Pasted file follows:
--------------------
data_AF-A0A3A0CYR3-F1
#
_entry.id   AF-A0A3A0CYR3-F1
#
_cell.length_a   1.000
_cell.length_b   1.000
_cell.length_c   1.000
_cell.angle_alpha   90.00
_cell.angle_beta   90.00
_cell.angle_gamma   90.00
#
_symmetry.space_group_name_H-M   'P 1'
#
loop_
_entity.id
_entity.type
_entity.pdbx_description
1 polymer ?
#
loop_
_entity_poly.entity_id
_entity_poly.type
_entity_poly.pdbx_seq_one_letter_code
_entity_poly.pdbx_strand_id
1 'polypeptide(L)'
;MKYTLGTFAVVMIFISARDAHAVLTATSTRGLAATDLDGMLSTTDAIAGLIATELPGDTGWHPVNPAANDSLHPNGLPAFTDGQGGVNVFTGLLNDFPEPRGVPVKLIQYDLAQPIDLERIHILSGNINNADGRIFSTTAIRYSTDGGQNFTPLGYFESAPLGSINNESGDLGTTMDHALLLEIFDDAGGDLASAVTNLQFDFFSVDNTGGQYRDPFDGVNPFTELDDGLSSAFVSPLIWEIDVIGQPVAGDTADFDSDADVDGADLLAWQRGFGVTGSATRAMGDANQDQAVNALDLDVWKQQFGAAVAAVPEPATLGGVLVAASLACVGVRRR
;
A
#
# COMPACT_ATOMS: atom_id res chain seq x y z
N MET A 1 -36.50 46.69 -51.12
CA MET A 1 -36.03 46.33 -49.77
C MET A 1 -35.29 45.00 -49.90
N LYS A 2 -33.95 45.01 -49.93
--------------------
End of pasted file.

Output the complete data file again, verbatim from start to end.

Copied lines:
data_AF-A0A3A0CYR3-F1
#
_entry.id   AF-A0A3A0CYR3-F1
#
_cell.length_a   1.000
_cell.length_b   1.000
_cell.length_c   1.000
_cell.angle_alpha   90.00
_cell.angle_beta   90.00
_cell.angle_gamma   90.00
#
_symmetry.space_group_name_H-M   'P 1'
#
loop_
_entity.id
_entity.type
_entity.pdbx_description
1 polymer ?
#
loop_
_entity_poly.entity_id
_entity_poly.type
_entity_poly.pdbx_seq_one_letter_code
_entity_poly.pdbx_strand_id
1 'polypeptide(L)'
;MKYTLGTFAVVMIFISARDAHAVLTATSTRGLAATDLDGMLSTTDAIAGLIATELPGDTGWHPVNPAANDSLHPNGLPAFTDGQGGVNVFTGLLNDFPEPRGVPVKLIQYDLAQPIDLERIHILSGNINNADGRIFSTTAIRYSTDGGQNFTPLGYFESAPLGSINNESGDLGTTMDHALLLEIFDDAGGDLASAVTNLQFDFFSVDNTGGQYRDPFDGVNPFTELDDGLSSAFVSPLIWEIDVIGQPVAGDTADFDSDADVDGADLLAWQRGFGVTGSATRAMGDANQDQAVNALDLDVWKQQFGAAVAAVPEPATLGGVLVAASLACVGVRRR
;
A
#
# COMPACT_ATOMS: atom_id res chain seq x y z
N MET A 1 -36.50 46.69 -51.12
CA MET A 1 -36.03 46.33 -49.77
C MET A 1 -35.29 45.00 -49.90
N LYS A 2 -33.95 45.01 -49.93